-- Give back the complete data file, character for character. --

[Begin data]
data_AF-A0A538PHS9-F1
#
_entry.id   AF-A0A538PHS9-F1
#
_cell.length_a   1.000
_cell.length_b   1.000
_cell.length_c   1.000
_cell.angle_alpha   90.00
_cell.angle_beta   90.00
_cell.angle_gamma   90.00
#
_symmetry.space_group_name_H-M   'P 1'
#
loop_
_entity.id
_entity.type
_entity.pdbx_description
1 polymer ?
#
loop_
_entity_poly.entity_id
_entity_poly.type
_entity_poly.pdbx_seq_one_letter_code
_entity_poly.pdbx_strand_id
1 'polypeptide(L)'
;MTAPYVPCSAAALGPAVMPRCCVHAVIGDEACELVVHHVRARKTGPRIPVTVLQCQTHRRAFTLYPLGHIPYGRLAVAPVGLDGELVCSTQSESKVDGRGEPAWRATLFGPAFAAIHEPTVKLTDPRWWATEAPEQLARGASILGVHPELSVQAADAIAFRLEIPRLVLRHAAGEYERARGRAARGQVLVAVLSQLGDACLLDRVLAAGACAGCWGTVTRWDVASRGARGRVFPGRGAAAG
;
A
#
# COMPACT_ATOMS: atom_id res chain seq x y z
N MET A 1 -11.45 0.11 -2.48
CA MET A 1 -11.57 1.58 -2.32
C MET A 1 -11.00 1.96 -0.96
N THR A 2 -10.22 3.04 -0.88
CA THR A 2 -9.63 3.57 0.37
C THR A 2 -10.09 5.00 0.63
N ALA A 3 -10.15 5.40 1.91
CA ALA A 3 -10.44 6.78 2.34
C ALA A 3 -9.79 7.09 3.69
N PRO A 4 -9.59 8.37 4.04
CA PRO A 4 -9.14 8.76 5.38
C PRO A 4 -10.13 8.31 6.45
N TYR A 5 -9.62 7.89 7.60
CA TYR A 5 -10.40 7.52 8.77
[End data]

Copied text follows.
data_AF-A0A538PHS9-F1
#
_entry.id   AF-A0A538PHS9-F1
#
_cell.length_a   1.000
_cell.length_b   1.000
_cell.length_c   1.000
_cell.angle_alpha   90.00
_cell.angle_beta   90.00
_cell.angle_gamma   90.00
#
_symmetry.space_group_name_H-M   'P 1'
#
loop_
_entity.id
_entity.type
_entity.pdbx_description
1 polymer ?
#
loop_
_entity_poly.entity_id
_entity_poly.type
_entity_poly.pdbx_seq_one_letter_code
_entity_poly.pdbx_strand_id
1 'polypeptide(L)'
;MTAPYVPCSAAALGPAVMPRCCVHAVIGDEACELVVHHVRARKTGPRIPVTVLQCQTHRRAFTLYPLGHIPYGRLAVAPVGLDGELVCSTQSESKVDGRGEPAWRATLFGPAFAAIHEPTVKLTDPRWWATEAPEQLARGASILGVHPELSVQAADAIAFRLEIPRLVLRHAAGEYERARGRAARGQVLVAVLSQLGDACLLDRVLAAGACAGCWGTVTRWDVASRGARGRVFPGRGAAAG
;
A
#
# COMPACT_ATOMS: atom_id res chain seq x y z
N MET A 1 -11.45 0.11 -2.48
CA MET A 1 -11.57 1.58 -2.32
C MET A 1 -11.00 1.96 -0.96
N THR A 2 -10.22 3.04 -0.88
CA THR A 2 -9.63 3.57 0.37
C THR A 2 -10.09 5.00 0.63
N ALA A 3 -10.15 5.40 1.91
CA ALA A 3 -10.44 6.78 2.34
C ALA A 3 -9.79 7.09 3.69
N PRO A 4 -9.59 8.37 4.04
CA PRO A 4 -9.14 8.76 5.38
C PRO A 4 -10.13 8.31 6.45
N TYR A 5 -9.62 7.89 7.60
CA TYR A 5 -10.40 7.52 8.77